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I’ve heard about it. I’ve read about it. At present, I have no desire to experience it. However, it is worth taking a peek at the benefits of cold therapy with ice….mainly, an ice bath.
As an avid runner, I have encountered stories of those who either treat injuries, or better yet, prevent injuries with consistent use of an ice bath. I don’t know about you, but after a long run or work out, especially in the cold, winter months, all that is on my mind post-workout is to hit the shower – a very HOT one - and steam up the bathroom. I want to feel as if I am near the equator, not in Siberia.
The ice bath, also referred to at cryotherapy or cold therapy, constricts the blood vessels and decreases metabolic activity. In turn, swelling is reduced and the breakdown of tissue is halted. Once the skin is not in contact with the cold source, the tissues underneath begin to warm up which allows the blood to flow faster as it returns, and harmful metabolic debris is flushed out of your muscles. (Correct me if I am wrong, but does not a nice massage on a heated massage table boast similar results?)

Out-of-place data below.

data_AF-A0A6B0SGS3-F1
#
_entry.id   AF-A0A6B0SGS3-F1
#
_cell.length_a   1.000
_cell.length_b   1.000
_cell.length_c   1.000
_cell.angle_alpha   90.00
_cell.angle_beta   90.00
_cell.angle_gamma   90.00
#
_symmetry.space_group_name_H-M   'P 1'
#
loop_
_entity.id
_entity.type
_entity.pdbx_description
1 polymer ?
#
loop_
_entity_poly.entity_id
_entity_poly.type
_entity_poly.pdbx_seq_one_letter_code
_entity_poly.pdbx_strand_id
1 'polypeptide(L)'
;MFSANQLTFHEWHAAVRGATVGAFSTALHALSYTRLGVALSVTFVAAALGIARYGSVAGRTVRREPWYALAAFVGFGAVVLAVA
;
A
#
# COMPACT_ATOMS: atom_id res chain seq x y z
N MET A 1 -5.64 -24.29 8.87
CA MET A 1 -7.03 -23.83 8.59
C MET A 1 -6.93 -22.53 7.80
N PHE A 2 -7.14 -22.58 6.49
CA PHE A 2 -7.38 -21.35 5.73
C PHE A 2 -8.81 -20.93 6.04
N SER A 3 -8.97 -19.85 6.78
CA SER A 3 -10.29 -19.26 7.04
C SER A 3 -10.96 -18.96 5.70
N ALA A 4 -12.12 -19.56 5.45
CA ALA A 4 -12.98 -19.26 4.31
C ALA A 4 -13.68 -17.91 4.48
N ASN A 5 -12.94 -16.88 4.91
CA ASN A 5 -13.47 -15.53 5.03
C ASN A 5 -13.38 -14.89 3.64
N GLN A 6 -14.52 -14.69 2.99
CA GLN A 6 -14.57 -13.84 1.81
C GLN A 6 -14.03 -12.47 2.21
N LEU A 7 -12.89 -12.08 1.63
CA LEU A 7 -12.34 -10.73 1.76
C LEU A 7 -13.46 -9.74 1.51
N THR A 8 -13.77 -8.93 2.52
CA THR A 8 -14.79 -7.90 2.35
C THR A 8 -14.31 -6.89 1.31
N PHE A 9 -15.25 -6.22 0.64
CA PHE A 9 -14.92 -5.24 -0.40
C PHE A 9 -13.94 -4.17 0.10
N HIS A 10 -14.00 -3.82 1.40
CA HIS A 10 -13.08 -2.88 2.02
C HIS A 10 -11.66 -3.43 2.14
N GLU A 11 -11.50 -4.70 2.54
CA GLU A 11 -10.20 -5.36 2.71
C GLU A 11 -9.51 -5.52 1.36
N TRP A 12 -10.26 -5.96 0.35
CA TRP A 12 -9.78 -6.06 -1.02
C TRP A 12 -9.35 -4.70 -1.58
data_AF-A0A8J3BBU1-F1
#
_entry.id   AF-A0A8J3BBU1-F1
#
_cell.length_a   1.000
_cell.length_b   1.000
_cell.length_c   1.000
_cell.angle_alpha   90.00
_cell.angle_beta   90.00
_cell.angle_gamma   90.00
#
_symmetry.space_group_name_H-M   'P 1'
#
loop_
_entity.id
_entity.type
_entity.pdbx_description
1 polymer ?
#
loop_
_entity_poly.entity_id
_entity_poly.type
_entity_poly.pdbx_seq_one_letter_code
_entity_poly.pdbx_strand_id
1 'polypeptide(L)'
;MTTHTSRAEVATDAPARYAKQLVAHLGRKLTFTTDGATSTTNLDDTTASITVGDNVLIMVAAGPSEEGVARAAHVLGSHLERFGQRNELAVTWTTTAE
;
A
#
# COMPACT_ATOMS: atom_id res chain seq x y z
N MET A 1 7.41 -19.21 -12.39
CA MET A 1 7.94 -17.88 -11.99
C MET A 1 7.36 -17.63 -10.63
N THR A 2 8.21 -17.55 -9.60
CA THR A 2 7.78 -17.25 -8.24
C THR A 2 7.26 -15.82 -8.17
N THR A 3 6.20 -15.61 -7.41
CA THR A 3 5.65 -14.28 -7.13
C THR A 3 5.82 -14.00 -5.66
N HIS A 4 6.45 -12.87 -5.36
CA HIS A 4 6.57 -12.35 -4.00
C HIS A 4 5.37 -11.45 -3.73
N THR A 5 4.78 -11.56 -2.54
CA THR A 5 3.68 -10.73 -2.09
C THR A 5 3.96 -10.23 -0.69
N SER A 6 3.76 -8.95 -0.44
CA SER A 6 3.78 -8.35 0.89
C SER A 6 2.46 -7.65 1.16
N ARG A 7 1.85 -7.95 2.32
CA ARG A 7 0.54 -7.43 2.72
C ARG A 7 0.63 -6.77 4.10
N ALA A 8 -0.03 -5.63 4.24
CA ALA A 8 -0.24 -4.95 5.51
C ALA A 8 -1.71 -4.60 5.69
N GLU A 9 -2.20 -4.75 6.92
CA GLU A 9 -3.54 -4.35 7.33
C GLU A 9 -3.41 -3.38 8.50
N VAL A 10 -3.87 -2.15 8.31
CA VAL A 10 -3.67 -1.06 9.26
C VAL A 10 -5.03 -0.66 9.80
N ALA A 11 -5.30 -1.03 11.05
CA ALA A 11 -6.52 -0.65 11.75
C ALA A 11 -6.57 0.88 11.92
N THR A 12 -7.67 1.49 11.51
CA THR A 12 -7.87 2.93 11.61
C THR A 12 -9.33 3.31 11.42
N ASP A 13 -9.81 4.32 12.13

While most people, myself included, would probably prefer to use a simple ice pack as opposed to immersing themselves in a tub full of ice, research has shown that full immersion into ice actually produces a longer lasting change in the deep tissues and is a more efficient way to cool large muscle groups at once.
According to an article in Runner’s World magazine, there are tips to make the “delightful” ice bath a more pleasant experience. One ultra-marathoner fills his tub with two or three bags of crushed ice and then adds cold water to a point that will nearly cover him to his waist when he sits in the tub. He then dons a down jacket, a hat, and some neoprene booties, sips some hot tea, and sits among the ice for about 20 minutes. He suggests some pleasant reading material to while the time away. I would be too frozen to turn the pages. In fact, my eyes would probably freeze as I stared into space.